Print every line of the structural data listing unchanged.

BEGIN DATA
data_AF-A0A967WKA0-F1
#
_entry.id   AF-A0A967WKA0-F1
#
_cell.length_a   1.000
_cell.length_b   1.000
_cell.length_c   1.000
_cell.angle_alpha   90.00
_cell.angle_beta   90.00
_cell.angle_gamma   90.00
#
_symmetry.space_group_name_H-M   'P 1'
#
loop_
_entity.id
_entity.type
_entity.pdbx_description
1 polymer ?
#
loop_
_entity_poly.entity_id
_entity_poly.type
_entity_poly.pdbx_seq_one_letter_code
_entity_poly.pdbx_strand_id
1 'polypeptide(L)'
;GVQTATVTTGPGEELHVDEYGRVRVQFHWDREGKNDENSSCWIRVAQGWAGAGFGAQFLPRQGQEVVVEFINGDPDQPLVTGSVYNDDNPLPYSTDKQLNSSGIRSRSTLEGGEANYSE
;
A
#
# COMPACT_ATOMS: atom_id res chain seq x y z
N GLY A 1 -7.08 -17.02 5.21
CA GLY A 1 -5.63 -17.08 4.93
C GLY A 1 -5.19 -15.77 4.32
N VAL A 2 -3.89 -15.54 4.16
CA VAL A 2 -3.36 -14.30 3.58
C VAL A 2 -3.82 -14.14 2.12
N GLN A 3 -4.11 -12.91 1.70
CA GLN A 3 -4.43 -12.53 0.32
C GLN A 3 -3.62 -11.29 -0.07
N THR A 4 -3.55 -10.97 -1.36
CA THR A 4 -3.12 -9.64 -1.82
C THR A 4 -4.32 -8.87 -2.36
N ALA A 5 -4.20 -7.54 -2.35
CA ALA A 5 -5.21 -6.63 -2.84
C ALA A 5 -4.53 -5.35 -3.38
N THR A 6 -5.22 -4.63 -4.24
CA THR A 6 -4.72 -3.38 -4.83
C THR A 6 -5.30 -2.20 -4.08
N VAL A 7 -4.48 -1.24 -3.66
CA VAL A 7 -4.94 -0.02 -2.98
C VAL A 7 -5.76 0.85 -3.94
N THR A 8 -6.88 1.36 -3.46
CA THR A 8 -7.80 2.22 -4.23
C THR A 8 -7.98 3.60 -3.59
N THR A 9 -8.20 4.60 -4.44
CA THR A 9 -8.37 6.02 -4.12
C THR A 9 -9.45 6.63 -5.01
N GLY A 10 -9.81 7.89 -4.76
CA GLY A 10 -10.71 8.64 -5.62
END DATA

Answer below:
data_AF-A0A967WKA0-F1
#
_entry.id   AF-A0A967WKA0-F1
#
_cell.length_a   1.000
_cell.length_b   1.000
_cell.length_c   1.000
_cell.angle_alpha   90.00
_cell.angle_beta   90.00
_cell.angle_gamma   90.00
#
_symmetry.space_group_name_H-M   'P 1'
#
loop_
_entity.id
_entity.type
_entity.pdbx_description
1 polymer ?
#
loop_
_entity_poly.entity_id
_entity_poly.type
_entity_poly.pdbx_seq_one_letter_code
_entity_poly.pdbx_strand_id
1 'polypeptide(L)'
;GVQTATVTTGPGEELHVDEYGRVRVQFHWDREGKNDENSSCWIRVAQGWAGAGFGAQFLPRQGQEVVVEFINGDPDQPLVTGSVYNDDNPLPYSTDKQLNSSGIRSRSTLEGGEANYSE
;
A
#
# COMPACT_ATOMS: atom_id res chain seq x y z
N GLY A 1 -7.08 -17.02 5.21
CA GLY A 1 -5.63 -17.08 4.93
C GLY A 1 -5.19 -15.77 4.32
N VAL A 2 -3.89 -15.54 4.16
CA VAL A 2 -3.36 -14.30 3.58
C VAL A 2 -3.82 -14.14 2.12
N GLN A 3 -4.11 -12.91 1.70
CA GLN A 3 -4.43 -12.53 0.32
C GLN A 3 -3.62 -11.29 -0.07
N THR A 4 -3.55 -10.97 -1.36
CA THR A 4 -3.12 -9.64 -1.82
C THR A 4 -4.32 -8.87 -2.36
N ALA A 5 -4.20 -7.54 -2.35
CA ALA A 5 -5.21 -6.63 -2.84
C ALA A 5 -4.53 -5.35 -3.38
N THR A 6 -5.22 -4.63 -4.24
CA THR A 6 -4.72 -3.38 -4.83
C THR A 6 -5.30 -2.20 -4.08
N VAL A 7 -4.48 -1.24 -3.66
CA VAL A 7 -4.94 -0.02 -2.98
C VAL A 7 -5.76 0.85 -3.94
N THR A 8 -6.88 1.36 -3.46
CA THR A 8 -7.80 2.22 -4.23
C THR A 8 -7.98 3.60 -3.59
N THR A 9 -8.20 4.60 -4.44
CA THR A 9 -8.37 6.02 -4.12
C THR A 9 -9.45 6.63 -5.01
N GLY A 10 -9.81 7.89 -4.76
CA GLY A 10 -10.71 8.64 -5.62